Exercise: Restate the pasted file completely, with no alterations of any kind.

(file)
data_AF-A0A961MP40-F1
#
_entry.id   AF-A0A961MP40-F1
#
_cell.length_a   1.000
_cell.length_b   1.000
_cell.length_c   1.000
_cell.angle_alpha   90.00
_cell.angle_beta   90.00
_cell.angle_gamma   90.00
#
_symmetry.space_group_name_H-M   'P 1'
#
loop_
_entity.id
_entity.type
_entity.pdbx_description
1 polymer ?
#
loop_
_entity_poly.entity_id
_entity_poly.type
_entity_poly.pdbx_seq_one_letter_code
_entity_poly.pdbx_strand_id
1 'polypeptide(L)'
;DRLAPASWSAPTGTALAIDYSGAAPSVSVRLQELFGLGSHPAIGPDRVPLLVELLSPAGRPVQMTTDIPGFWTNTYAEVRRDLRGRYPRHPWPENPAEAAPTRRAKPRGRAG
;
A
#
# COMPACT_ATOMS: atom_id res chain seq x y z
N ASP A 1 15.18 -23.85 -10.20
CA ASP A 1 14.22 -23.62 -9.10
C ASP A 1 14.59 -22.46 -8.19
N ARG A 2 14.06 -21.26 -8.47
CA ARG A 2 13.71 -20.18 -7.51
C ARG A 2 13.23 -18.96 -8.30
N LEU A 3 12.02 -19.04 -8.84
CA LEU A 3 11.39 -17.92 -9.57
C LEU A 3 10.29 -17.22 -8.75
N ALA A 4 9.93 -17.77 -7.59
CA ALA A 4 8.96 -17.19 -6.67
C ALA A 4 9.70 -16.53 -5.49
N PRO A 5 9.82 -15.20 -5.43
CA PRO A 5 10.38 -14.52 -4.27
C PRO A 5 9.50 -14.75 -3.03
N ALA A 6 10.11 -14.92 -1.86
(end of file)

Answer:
data_AF-A0A961MP40-F1
#
_entry.id   AF-A0A961MP40-F1
#
_cell.length_a   1.000
_cell.length_b   1.000
_cell.length_c   1.000
_cell.angle_alpha   90.00
_cell.angle_beta   90.00
_cell.angle_gamma   90.00
#
_symmetry.space_group_name_H-M   'P 1'
#
loop_
_entity.id
_entity.type
_entity.pdbx_description
1 polymer ?
#
loop_
_entity_poly.entity_id
_entity_poly.type
_entity_poly.pdbx_seq_one_letter_code
_entity_poly.pdbx_strand_id
1 'polypeptide(L)'
;DRLAPASWSAPTGTALAIDYSGAAPSVSVRLQELFGLGSHPAIGPDRVPLLVELLSPAGRPVQMTTDIPGFWTNTYAEVRRDLRGRYPRHPWPENPAEAAPTRRAKPRGRAG
;
A
#
# COMPACT_ATOMS: atom_id res chain seq x y z
N ASP A 1 15.18 -23.85 -10.20
CA ASP A 1 14.22 -23.62 -9.10
C ASP A 1 14.59 -22.46 -8.19
N ARG A 2 14.06 -21.26 -8.47
CA ARG A 2 13.71 -20.18 -7.51
C ARG A 2 13.23 -18.96 -8.30
N LEU A 3 12.02 -19.04 -8.84
CA LEU A 3 11.39 -17.92 -9.57
C LEU A 3 10.29 -17.22 -8.75
N ALA A 4 9.93 -17.77 -7.59
CA ALA A 4 8.96 -17.19 -6.67
C ALA A 4 9.70 -16.53 -5.49
N PRO A 5 9.82 -15.20 -5.43
CA PRO A 5 10.38 -14.52 -4.27
C PRO A 5 9.50 -14.75 -3.03
N ALA A 6 10.11 -14.92 -1.86